The Top 5 Reasons Your Great Content Fails

The Top 5 Reasons Your Great Content Fails
Savvy Guest - Mon Feb 20, 2012 @ 07:00AM
Comments: 2

We're pleased to present this guest post by Chris Fell, managing director and owner of g2m solutions in Australia. Read on for Five-CFell.jpghis insights into typical content pitfalls and ways you can avoid them.

Sometimes your truly great content flops.

It's a nasty shock. After all, you have done everything right. You have carefully avoided promoting your own products and services. Your content has been written by a thought leader in your business, the smartest guy you employ from the research lab. It’s had the full graphic design treatment with call outs, great images, and a snazzy colour scheme that "pops."

"What more am I supposed to do?" cries the frustrated B2B marketer. 

Unfortunately it’s not enough to simply create great content. Great content has to be marketed correctly.

Here are some top reasons great content fails – and ways you can make sure it succeeds.

It Isn't Promoted

No one can find it. Your content is doing its best impersonation of a desert island, albeit a very pretty one! Don’t assume great content will just naturally get found just because “it’s great.” In order for great content to be truly successful, it needs to be promoted.

•   Pull. “Socially enable” your content. Social media has the ability to exponentially expose your content to a vastly increased pool of readers and viewers, but via a recommendation from someone in their own network. That's powerful. Make sure your content is easily shareable. If one person reads your content and finds it interesting, make it easy for them to share it with their own network via social- sharing buttons like Twitter and LinkedIn. Update your LinkedIn status, contribute to conversations on LinkedIn groups and LinkedIn answers, and link to your content.   

•   Push. Send an email to your existing contacts, inviting them to download your new content. Do it a number of times. Don't expect people will all be ready at exactly the same time to read your breathtaking revelations.

No "Seed" Content 

Sure you got your thought leader to write the core piece of content – in this case, a white paper – but you don't have a conscious plan to repurpose that content into lots of seeds you can plant in different locations. Different people consume information in different ways. For example, present the paper as a blog series, with each blog article examining just one theme from the paper. Send out an email series to your existing contact list, again exploring one aspect of the paper in each email. Create a 2-page summary article that can be easily digested in just a few minutes but provides a link to the full paper. Extract the case study from the white paper and publish this separately (great for mid-funnel content). Develop a company position on the topic and ask your business development managers to start a discussion on their favourite LinkedIn group. Deliberately aim each piece at specific audiences.

It's Not Optimised for Search

Buyers these days are constantly grazing for information online. One of the best ways to generate organic visibility for your content is to make sure it's optimized for search. Brief your authors properly about the use of keywords in their content. Your target audience is looking for and finding content via search. If your content isn't optimized well enough to show up in their search results, it's not going to get found there. Without proper search engine optimization (SEO), your content is at great risk of failure. Remember though that "off-page SEO" (i.e., links coming to your site) is much more important than "on-page SEO"  (like keywords and h1 headings). Think about building strategic relationships with partners or industry associations where you can guest blog (for example) to expose additional sets of eyeballs to your stunning content.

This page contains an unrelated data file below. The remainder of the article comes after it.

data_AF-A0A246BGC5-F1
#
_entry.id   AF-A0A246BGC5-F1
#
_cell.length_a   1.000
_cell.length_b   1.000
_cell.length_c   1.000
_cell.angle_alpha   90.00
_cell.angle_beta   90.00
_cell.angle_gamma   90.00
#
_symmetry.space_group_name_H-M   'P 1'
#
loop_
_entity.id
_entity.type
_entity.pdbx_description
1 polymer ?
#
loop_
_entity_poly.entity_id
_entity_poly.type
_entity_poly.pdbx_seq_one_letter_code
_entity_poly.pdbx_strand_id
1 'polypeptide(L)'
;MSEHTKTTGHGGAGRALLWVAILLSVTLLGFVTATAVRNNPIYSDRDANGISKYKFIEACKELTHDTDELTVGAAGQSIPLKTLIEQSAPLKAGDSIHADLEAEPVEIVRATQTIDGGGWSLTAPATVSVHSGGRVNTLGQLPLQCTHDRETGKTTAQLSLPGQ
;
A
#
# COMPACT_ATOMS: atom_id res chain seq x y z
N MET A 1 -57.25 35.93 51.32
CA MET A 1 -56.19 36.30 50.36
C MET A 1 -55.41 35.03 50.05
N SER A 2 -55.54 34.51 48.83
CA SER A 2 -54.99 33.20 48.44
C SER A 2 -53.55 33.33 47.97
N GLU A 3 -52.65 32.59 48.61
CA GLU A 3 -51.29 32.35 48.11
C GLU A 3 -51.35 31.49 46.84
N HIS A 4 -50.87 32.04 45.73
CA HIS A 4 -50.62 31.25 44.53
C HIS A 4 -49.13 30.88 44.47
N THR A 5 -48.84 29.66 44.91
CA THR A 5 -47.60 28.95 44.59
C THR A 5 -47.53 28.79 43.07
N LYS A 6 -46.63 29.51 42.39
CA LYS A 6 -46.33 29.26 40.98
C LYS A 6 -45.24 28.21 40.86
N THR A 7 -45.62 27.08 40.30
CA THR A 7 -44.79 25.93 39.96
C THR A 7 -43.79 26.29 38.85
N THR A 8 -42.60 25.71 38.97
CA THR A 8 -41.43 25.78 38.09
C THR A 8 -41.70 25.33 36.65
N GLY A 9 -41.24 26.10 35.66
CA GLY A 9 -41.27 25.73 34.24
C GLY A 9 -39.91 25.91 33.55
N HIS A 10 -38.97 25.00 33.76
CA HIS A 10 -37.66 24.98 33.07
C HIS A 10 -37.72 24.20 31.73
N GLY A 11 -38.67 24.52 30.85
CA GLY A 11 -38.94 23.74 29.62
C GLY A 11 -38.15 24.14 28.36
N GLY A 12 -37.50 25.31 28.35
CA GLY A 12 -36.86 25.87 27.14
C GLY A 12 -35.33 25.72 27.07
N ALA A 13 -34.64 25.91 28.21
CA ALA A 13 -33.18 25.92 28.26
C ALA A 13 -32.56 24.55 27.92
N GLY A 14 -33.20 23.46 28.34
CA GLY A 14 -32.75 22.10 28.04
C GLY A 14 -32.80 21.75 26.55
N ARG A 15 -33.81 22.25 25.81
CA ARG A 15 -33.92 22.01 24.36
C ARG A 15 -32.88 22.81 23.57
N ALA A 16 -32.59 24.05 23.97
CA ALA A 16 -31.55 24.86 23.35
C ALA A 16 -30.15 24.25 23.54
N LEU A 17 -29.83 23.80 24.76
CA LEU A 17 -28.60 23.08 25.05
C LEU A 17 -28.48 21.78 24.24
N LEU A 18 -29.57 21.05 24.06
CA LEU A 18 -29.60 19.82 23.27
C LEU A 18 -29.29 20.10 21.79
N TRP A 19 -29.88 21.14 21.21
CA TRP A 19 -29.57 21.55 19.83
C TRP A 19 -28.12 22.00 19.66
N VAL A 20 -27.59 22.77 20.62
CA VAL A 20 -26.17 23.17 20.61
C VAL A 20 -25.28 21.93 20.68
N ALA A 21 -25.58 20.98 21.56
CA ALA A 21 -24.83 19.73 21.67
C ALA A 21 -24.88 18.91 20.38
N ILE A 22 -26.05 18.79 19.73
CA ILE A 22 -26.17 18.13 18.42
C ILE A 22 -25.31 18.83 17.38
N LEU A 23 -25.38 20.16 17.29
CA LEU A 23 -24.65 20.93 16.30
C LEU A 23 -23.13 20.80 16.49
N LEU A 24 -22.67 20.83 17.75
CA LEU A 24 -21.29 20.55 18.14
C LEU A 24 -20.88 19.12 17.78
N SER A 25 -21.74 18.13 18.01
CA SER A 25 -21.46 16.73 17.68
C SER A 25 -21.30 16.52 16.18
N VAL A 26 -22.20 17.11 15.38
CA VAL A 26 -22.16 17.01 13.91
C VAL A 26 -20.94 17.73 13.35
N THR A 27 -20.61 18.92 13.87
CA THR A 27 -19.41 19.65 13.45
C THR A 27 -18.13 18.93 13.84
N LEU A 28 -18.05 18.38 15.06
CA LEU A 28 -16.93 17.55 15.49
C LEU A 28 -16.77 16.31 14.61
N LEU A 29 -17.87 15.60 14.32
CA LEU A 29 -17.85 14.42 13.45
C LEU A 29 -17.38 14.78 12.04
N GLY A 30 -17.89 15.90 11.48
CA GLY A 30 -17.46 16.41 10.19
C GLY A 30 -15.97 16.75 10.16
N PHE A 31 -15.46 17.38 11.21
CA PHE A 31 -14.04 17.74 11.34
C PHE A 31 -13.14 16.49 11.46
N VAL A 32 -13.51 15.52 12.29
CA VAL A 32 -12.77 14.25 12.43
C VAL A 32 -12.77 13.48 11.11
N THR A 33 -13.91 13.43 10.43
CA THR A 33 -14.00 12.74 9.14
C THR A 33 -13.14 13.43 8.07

The Title or Headline is Not Compelling

A great piece of content hidden behind a poor title or headline is just that – hidden. The title of your content is a potential reader's first impression of that content, whether they find a link to your content in social media, search results, or via email. If your headline isn't enticing enough to get that reader to click on and view your content, your content is doomed to fail. People have so little time and such a short attention span that the art of writing a headline is absolutely critical. Experienced newshounds will tell you that you should spend more time on your headline and first paragraph than the rest of the content. These folks know a thing or two. You must catch your audience’s eye and quickly engage them in the first 5 seconds or the moment is lost.

Insufficient Attention to Detail

The topic of your content, the ideas you present, and the way in which you present them may all be groundbreaking. But if the simple details like spelling and grammar are wrong, your credibility is severely and instantly damaged. Don't underestimate the importance of paying attention to these types of details when pulling together a final draft of your content. Always have a colleague proofread and edit your work.

What would you add to this list?  What secrets can you share on how you get your content viewed?

About the author: Chris Fell is the Managing Director and owner of g2m solutions. The team assists B2B firms generate the right quantity and quality of leads to meet their business goals, via the principles of inbound marketing, underpinned by a strong planning methodology, IP and technology tools. g2m's clients are often small and medium businesses spread across Australia and Asia Pacific as well.

Image by woodleywonderworks

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Comments: 2


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